Conflict in Libya’s east linked to executions, hostage-taking
Serious rights violations in Libya have been reported since the recent outbreak of fighting in the oil-rich east.
The country has been dogged by violence since the overthrow of former President Muammar Gadaffi in 2011.
In the latest escalation, conflict erupted on 3 March when the Benghazi Defence Brigade (BDB) took control of the oil crescent area from the Libyan National Army (LNA).
Here’s UN Human Rights Office spokesperson Ravina Shamdasani:
“Credible reports suggest that unlawful killings, including summary executions, hostage-taking, arbitrary detentions, torture, as well as widespread raids of civilian homes have been occurring, particularly in the towns of Ajdabiya, Benghazi, Brega and Beishir.”
Ms Shamdasani said that the Libyan National Army had used airstrikes in the latest violence, and that it had detained more than 100 men and boys to date.
Major Syria polio vaccination programme begins
A massive polio vaccination campaign is under way in Syria; the aim is to reach more than 2.7 million children under five.
The joint World Health Organization (WHO) and UN Children’s Fund (UNICEF) initiative covers all governorates in the war-torn country except two: Al Raqqa, which is controlled by ISIL terrorists, and Idlib, which received polio vaccines last month.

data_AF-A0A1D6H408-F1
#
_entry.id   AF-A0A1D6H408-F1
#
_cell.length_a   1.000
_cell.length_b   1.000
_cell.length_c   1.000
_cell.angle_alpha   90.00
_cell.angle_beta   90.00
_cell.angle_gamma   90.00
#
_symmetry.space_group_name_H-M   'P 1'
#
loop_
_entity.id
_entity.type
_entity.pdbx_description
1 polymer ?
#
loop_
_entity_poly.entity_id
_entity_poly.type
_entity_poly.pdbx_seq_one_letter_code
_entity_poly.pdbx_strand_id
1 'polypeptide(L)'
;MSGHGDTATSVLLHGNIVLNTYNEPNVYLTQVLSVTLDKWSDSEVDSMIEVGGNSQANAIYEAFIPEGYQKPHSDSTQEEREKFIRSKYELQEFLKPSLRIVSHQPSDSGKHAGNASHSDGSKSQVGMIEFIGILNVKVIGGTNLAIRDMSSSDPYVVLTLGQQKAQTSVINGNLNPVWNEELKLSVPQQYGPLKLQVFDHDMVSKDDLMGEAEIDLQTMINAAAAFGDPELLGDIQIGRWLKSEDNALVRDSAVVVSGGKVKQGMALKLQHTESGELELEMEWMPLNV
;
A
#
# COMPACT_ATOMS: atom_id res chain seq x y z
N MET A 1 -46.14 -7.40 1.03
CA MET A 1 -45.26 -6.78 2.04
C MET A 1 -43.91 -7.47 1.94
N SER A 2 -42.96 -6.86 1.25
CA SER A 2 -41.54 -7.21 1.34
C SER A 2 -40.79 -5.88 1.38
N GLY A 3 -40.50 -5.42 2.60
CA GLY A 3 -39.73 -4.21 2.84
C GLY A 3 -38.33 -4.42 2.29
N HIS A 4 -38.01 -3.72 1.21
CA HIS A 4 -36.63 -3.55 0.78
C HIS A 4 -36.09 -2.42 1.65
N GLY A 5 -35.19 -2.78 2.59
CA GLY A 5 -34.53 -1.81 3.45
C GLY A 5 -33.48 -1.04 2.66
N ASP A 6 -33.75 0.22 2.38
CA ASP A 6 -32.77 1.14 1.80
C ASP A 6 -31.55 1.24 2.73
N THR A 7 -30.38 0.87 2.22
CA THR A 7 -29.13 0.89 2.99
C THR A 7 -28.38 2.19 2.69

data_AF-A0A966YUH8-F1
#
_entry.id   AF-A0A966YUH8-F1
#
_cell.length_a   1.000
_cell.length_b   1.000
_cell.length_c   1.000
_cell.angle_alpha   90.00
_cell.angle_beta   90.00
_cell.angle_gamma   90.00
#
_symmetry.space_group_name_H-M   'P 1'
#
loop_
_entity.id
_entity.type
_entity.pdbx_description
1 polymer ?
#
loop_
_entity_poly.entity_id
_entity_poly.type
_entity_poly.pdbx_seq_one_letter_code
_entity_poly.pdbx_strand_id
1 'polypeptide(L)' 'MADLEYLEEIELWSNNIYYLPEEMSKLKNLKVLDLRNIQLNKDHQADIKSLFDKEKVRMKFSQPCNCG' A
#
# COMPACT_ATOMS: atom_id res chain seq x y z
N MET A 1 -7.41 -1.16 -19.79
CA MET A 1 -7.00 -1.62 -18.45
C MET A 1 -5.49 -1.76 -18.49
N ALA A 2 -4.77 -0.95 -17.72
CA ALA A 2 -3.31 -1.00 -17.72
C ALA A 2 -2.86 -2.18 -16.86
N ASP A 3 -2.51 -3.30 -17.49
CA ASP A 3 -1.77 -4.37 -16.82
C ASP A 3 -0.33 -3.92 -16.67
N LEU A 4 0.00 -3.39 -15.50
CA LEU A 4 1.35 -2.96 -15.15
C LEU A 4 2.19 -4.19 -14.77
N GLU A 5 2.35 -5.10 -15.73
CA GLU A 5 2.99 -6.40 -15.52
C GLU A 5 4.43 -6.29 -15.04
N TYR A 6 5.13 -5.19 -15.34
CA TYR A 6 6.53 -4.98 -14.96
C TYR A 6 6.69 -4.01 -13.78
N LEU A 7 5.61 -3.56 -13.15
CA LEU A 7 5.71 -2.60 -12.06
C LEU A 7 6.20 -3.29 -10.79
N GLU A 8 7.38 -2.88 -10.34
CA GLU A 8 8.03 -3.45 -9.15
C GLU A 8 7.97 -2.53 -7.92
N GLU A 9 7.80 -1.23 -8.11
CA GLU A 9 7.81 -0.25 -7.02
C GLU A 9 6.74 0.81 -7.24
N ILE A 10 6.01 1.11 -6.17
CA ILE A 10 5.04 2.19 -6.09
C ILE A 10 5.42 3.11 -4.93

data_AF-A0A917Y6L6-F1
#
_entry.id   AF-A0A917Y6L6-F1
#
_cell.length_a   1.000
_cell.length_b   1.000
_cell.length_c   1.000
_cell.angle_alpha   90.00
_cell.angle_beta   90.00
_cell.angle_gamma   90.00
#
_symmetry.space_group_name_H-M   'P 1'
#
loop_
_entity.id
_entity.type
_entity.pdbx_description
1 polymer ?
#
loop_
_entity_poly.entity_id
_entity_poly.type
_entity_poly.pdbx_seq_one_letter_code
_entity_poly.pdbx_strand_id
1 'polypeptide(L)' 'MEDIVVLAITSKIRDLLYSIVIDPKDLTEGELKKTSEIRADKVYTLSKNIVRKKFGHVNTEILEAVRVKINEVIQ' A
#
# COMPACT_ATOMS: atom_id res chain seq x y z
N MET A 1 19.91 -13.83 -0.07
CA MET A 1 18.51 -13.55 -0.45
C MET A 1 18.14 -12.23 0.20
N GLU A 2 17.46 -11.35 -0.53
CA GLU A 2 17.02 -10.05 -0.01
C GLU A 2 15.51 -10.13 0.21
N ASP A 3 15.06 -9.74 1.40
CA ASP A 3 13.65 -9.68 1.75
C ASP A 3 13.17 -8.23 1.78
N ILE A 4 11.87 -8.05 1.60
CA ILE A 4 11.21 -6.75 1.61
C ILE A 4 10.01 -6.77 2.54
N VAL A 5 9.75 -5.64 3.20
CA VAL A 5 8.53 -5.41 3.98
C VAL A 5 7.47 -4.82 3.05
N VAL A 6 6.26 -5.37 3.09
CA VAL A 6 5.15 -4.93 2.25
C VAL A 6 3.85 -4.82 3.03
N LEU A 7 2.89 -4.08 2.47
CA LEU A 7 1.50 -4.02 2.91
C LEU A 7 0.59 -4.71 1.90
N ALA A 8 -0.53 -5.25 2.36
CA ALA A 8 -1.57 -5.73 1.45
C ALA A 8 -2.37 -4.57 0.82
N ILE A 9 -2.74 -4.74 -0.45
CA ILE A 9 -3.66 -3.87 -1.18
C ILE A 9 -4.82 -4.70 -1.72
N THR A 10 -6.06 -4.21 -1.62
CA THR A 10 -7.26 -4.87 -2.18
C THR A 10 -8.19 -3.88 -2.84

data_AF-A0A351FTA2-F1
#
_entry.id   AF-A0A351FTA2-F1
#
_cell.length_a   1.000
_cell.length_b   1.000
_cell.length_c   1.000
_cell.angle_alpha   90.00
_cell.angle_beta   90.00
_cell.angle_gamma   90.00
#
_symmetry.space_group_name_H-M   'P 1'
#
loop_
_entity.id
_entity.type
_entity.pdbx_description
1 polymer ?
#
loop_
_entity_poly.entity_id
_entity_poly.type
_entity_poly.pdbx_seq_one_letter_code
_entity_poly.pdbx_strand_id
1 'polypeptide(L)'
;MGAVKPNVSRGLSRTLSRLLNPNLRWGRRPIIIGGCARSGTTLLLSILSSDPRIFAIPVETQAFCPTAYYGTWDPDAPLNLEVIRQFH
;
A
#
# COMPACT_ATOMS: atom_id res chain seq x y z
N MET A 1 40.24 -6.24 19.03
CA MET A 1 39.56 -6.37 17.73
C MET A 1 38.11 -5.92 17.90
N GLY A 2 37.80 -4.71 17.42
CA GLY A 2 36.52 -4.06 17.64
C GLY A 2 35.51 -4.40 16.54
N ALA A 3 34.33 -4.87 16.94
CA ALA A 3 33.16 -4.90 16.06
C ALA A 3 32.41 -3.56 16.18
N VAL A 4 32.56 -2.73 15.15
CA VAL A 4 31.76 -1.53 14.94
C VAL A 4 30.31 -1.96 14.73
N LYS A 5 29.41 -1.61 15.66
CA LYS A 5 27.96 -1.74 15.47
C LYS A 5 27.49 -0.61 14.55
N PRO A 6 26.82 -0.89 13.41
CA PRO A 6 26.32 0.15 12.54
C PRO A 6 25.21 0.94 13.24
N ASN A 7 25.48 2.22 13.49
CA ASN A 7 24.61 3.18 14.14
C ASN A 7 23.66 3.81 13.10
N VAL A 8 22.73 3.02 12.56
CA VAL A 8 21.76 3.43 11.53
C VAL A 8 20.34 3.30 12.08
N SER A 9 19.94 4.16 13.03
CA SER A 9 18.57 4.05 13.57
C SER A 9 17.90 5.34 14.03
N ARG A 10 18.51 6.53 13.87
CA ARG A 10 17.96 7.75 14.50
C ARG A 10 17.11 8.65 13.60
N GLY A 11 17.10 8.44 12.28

In the 12 governorates now being targeted, there’s particular focus on more than half a million children living in so-called hard-to-reach areas.
Many of these children were missed in previous campaigns.
Tarik Jasarevic is a spokesperson for the World Health Organization:
“Why are we doing this campaign? Well as you remember Syria was re-infected with polio in 2013 and with 36 cases, and following a swift and rapid response a number of campaigns across the region, the outbreak has been brought to an end and there were no cases since January 2014.”
Thousands of health workers are involved in this polio campaign, which is the sixth in Syria since October 2015.
Artist puts children's education first for development
An artist from the Democratic Republic of the Congo (DRC) believes that education is the key to a sustainable future for his country – and the continent.
Freddy Tsimba, who is famous for using recycled materials in his work, including spent bullet cases, says that his country’s mineral riches have not helped it to develop.
“In my country, in the countries of the south, as we say, the real riches are in education. Because when I think about the minerals we have in DRC – Coltan and Uranium - I don’t think it has really helped our country to get on, and I think we need to focus on education… give young people the chance to try different things… because without education you have nothing…Knowledge protects us. When you know something, you can defend yourself better.”
Freddy Tsimba’s sculpture is on display at the UN in Geneva.
Made from thousands of recycled keys, spoons and forks, it features a boy and a girl sitting under a tree, the Tree of Knowledge, which has sprouted from a large metal earth.
The artist still lives in Kinshasa, capital of DRC, where he says that dozens of children helped him to make his latest creation.
It’s one of 54 artworks from each country in Africa, organized by UN partner African Artists for Development.
Daniel Johnson, United Nations, Geneva